Nick Baker is back in the UK, has been for weeks. Why then JT, are you only now releasing this story, when it was in the UK media back in April?

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Sorry, but JT, this story is NOT NEW!

Nick Baker went back to the UK approximately six weeks ago.

Secondly, rjd_jr, you have ALWAYS, in the whole time this case has been reported on JT, had NOTHING good to say about Nick Baker and this case. YOU have judged him only on the stories you've read here on JT or in the Japan Times or Yomiuri Shimbun.

Nick Baker is innocent. As the Belgian authorities proved without any shadow of doubt, when the guy he was traveling with, was released without charge, by the Japanese authorities, who by the way, already KNEW he was a convicted drug smuggler, in Amsterdam with a stash of drugs, on his way home from....TA DA...JAPAN!!! Three weeks or so after his return to the UK, while awaiting trial in the Netherlands, he was found dead on railway tracks in the UK. Some say he killed himself out of guilt for what he did to Nick and his family, others say the mafia killed him for costing them money.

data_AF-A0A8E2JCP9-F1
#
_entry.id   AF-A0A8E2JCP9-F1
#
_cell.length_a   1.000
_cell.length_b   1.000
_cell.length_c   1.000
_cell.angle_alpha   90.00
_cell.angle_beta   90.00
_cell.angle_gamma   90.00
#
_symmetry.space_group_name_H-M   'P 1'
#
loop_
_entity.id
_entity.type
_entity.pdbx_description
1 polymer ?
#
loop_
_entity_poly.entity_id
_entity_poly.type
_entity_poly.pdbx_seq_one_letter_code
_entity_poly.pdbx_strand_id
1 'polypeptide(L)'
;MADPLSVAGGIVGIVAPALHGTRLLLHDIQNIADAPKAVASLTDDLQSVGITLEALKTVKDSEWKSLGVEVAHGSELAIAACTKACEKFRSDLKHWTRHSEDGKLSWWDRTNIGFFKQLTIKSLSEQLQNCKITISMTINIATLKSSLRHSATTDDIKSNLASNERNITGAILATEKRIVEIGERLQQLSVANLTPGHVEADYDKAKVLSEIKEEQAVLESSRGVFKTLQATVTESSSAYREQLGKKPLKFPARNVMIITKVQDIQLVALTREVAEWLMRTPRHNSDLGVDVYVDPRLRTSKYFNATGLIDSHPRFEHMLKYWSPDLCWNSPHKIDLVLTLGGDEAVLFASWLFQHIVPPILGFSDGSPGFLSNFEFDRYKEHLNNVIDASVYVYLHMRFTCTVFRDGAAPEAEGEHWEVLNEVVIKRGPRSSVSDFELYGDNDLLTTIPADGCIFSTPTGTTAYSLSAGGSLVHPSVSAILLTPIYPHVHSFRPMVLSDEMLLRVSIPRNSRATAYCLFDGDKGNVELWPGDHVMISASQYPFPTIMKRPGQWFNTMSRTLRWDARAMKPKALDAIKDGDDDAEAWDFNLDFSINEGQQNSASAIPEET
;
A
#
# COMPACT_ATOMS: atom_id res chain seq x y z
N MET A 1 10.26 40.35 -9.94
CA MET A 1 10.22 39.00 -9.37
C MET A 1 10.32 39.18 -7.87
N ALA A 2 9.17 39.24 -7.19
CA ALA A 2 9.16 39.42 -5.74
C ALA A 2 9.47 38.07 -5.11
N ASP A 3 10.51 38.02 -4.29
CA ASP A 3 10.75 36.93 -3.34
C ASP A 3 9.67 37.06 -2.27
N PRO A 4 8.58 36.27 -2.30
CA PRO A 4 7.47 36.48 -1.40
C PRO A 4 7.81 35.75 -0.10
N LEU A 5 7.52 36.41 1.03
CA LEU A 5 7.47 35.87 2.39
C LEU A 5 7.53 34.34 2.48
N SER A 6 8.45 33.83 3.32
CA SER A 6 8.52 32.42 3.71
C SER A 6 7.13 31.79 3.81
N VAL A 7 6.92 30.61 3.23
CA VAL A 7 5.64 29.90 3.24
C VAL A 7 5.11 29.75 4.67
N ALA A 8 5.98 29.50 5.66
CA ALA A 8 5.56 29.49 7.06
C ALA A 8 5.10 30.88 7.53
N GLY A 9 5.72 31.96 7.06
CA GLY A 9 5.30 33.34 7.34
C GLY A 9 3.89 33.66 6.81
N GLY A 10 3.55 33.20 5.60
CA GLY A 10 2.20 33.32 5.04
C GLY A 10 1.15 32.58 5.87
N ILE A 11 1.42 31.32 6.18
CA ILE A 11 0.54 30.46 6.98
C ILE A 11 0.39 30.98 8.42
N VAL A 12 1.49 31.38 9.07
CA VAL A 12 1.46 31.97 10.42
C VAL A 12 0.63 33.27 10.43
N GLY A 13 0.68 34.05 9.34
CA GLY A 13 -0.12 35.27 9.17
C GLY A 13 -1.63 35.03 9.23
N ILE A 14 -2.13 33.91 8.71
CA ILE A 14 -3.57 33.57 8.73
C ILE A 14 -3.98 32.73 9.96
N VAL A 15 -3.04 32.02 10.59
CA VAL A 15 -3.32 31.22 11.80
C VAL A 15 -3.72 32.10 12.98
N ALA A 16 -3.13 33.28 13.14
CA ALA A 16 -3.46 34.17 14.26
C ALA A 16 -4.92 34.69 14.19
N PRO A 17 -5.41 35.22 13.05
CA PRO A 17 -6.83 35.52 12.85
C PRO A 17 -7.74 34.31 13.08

Now Nick is in a prison in the UK, has been there since April, and it is speculated that he will be released earlier than the Japanese authorities would like, because the UK system already proved his innocence.

Don't be so quick to judge, you are NOT a judge (thank God). You talk about reasonable person? Obviously sir, you do not live by your own words. Read the FULL FACTS about this case and not the crap you read in the tabloids. Then, and ONLY then, will you be in a position to judge. Also, I know Nick's mum personally...and not only did she lose her son for seven years due to this stupid system here in Japan, but she also lost her husband who died of a heart attack during all this. Have some compassion, get your facts right, and shut your mouth.

Nick Baker is back in the UK, has been for weeks. Why then JT, are you only now releasing this story, when it was in the UK media back in April?

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Tatanka and rjd jr, I totally agree with you.

I mean, isn’t prison supposed to be tortuous. Look, he only lost several toenails to frostbite. What is wrong with this prison that they let him keep any at all? And I bet that he still has both hands and probably both lungs too. And eyes. Couldn’t they have gouged them out?